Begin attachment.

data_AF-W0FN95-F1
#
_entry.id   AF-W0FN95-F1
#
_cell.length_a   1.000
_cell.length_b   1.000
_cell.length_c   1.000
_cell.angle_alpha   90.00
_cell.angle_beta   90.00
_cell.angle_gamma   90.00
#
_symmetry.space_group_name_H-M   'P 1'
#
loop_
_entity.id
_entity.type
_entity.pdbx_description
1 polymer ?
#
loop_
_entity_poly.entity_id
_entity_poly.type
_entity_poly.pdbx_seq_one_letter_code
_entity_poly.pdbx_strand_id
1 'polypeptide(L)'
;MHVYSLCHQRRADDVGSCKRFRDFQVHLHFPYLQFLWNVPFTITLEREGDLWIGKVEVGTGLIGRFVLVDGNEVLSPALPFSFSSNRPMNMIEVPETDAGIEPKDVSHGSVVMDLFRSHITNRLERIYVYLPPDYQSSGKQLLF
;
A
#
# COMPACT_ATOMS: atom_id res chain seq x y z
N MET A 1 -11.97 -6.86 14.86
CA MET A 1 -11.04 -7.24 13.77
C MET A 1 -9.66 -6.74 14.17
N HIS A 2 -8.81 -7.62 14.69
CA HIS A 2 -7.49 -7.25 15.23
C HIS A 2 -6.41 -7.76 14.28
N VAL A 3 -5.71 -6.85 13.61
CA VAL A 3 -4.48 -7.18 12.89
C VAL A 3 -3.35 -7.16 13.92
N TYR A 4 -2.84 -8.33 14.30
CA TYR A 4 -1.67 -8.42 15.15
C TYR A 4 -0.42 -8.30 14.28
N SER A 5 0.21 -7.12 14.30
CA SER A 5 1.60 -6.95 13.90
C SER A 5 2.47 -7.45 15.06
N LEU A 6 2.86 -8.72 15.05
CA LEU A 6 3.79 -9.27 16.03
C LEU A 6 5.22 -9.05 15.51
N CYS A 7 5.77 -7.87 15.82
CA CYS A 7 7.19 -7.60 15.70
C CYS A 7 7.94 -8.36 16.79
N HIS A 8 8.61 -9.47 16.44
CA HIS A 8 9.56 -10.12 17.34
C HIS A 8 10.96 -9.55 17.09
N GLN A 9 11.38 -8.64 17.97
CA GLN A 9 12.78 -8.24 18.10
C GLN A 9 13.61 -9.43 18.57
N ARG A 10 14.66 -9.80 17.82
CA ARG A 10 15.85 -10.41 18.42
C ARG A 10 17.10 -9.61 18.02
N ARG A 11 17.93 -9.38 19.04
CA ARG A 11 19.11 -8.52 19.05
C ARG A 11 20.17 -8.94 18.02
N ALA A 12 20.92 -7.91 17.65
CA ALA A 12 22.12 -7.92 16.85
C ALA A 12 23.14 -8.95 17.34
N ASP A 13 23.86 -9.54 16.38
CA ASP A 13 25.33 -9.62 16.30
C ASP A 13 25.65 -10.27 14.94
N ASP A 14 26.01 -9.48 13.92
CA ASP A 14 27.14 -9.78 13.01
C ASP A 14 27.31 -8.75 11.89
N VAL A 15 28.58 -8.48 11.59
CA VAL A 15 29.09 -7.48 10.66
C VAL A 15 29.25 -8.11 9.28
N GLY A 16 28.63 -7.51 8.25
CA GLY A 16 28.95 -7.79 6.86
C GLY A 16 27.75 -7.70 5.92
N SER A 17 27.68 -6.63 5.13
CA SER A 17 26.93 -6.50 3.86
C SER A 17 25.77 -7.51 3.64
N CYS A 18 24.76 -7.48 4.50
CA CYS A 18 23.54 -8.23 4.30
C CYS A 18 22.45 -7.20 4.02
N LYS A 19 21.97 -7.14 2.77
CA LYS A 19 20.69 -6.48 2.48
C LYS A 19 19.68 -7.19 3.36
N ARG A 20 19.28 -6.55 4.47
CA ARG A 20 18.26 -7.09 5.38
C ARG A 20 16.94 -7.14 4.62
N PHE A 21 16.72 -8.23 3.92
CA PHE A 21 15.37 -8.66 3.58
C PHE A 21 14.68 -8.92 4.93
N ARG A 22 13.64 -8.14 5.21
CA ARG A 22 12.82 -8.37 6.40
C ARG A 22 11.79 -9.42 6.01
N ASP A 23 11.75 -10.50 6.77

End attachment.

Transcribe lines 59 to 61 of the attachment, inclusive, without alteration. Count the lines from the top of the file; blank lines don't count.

CA ARG A 10 15.85 -10.41 18.42
C ARG A 10 17.10 -9.61 18.02
N ARG A 11 17.93 -9.38 19.04